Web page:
'Trump doesn't bring us any votes': Trump appears to be losing influence on health care

President Donald Trump made the pledge to repeal and replace Obamacare one of the key issues of his 2016 election campaign. But as Republicans try in earnest to make good on that promise, Trump appears to be losing influence.

Senate Majority Leader Mitch McConnell said Tuesday that GOP leadership would delay a vote on its health care bill, the Better Care Reconciliation Act, until after the weeklong July 4 recess because of a lack of support among Republican lawmakers.

Nine members of the party have publicly said they would not vote for the bill in its current form. McConnell can lose only two votes for the BCRA to pass, as all Democrats are expected to oppose it.

But Trump apparently isn't helping GOP members get to "yes." In contrast to his hard sell on the House healthcare bill, The Washington Post and The New York Times published reports late Tuesday saying Trump had done little to get the reluctant GOP senators to come to an agreement.

According to The Times' Glenn Thrush and Jonathan Martin, Trump has been "on the sidelines" during the Senate negotiations.

In fact, one Republican senator in favor of the BCRA told The Times that the president "did not have a grasp of some basic elements of the Senate plan" during a meeting with all of the GOP members on Tuesday. The senator also said Trump was confused when a moderate expressed concern that the bill would be seen as a tax break for the rich.

A look at the Senate's all-male health care working group
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A look at the Senate's all-male health care working group
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A Tax Policy Center analysis showed that the top 0.1% of earners in America would receive, on average, a $207,390 tax break from the BCRA.

The Times also reported that Republican senators, including McConnell, expressed frustration with ads from a pro-Trump nonprofit group attacking GOP Sen. Dean Heller for going against the BCRA. Heller is up for reelection in Nevada come 2018 and faces an uphill battle in a state Democrat Hillary Clinton won in last year's presidential election.

A senior Republican close to both the Senate and the White House also told The Post that Republican lawmakers thought Trump was a "paper tiger" and did not mind going "their own way."

The lack of deference, according to The Post, comes from a feeling among lawmakers that Trump lacks an understanding of policy and that his low approval numbers do not give him much political capital.

Presidential approval ratings at 100 days
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Presidential approval ratings at 100 days

Donald Trump: 42 percent approve

Carlo Allegri / Reuters

Barack Obama: 65 percent approve

Jason Reed / Reuters

George W. Bush: 53 percent approve

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Bill Clinton: 45 percent approve

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George H. W. Bush: 56 percent approve

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Ronald Reagan: 68 percent approve

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Jimmy Carter: 63 percent approve

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Richard Nixon: 62 percent approve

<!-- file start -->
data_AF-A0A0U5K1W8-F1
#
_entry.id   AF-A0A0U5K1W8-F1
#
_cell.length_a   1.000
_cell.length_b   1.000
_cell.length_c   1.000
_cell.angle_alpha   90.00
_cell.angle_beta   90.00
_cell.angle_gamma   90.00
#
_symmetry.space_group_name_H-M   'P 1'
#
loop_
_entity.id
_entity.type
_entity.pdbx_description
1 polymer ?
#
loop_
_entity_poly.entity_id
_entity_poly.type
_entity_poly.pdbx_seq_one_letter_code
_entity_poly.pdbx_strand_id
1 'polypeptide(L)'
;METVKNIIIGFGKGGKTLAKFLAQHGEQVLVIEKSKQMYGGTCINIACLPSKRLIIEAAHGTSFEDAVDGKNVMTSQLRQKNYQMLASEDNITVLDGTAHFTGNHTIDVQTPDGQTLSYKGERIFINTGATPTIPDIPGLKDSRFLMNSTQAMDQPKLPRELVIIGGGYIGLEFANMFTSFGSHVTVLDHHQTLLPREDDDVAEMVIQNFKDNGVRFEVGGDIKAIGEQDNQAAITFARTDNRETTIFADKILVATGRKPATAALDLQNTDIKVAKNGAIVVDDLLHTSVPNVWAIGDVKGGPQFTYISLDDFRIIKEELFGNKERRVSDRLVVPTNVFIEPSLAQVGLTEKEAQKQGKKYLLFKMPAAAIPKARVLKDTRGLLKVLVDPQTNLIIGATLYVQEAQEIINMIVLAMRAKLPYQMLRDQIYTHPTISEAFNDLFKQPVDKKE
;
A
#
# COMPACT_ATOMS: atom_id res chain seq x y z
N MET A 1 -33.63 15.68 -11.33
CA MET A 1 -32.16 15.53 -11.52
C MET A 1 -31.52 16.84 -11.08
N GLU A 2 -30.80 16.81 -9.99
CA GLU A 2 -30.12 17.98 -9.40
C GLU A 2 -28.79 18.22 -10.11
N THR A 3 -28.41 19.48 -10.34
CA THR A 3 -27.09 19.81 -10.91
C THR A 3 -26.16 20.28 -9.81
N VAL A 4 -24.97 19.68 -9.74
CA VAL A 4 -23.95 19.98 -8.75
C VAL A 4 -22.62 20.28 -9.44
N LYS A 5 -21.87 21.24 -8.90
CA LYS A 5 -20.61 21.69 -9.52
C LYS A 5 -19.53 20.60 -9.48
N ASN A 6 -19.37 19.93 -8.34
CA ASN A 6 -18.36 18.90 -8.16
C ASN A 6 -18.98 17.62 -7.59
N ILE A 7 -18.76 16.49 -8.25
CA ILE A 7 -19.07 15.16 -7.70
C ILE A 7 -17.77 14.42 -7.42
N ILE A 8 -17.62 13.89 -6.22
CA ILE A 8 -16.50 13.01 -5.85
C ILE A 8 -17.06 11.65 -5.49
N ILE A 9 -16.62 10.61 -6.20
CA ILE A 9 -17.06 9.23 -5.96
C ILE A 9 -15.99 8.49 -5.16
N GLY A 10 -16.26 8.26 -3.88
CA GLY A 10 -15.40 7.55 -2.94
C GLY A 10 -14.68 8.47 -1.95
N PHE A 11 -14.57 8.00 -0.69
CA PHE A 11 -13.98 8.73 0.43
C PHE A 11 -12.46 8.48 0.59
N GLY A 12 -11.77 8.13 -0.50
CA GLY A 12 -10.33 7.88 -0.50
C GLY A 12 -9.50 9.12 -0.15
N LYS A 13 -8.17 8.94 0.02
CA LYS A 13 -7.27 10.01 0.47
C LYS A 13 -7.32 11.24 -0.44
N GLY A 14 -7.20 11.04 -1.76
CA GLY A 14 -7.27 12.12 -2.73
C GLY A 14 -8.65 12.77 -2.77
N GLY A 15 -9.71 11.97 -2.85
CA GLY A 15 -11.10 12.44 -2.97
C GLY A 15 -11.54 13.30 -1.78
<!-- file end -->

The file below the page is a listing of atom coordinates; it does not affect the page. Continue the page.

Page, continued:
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Lyndon Johnson: 79 percent approve

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John Kennedy: 83 percent approve

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Dwight Eisenhower: 79 percent approve

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Harry Truman: 84 percent approve

Hulton Archive via Getty Images


"Trump doesn't bring us any votes. He just doesn't," a source close to McConnell told Politico.

Sen. Susan Collins, a moderate GOP holdout on the Senate legislation, also criticized Trump's approach to the process while talking with reporters on Tuesday after the delay was announced.

"This president is the first president in our history who has had neither political nor military experience," Collins said. "Thus, it has been a challenge to him to learn how to interact with Congress and how to push his agenda forward. I also believe it would have been better had the president started with infrastructure, which has bipartisan support, rather than tackling a political divisive and technically complicated issue like healthcare."

Lawmakers were already wary of Trump's turnaround on the House bill. In just a few weeks, the president went from a White House Rose Garden ceremony celebrating the bill's passage to calling the bill "mean" during a private meeting with senators. Trump last weekend confirmed in a national TV interview that he called the bill "mean."

Trump's comments have become a rallying point for Democrats' attacks on the GOP healthcare effort and have already appeared in political ads.

Trump used Twitter on Wednesday morning to push back on the Times and Post reports.

"The failing @nytimes writes false story after false story about me. They don't even call to verify the facts of a story. A Fake News Joke!" Trump tweeted. "Some of the Fake News Media likes to say that I am not totally engaged in healthcare. Wrong, I know the subject well & want victory for U.S."

Trump also attacked The Post as "the guardian of Amazon not paying internet taxes" and "FAKE NEWS."

Amazon CEO Jeff Bezos owns The Post privately, and the two entities do not have a business connection. Tax experts have debunked Trump's suggestion that The Post helps Amazon avoid taxes.

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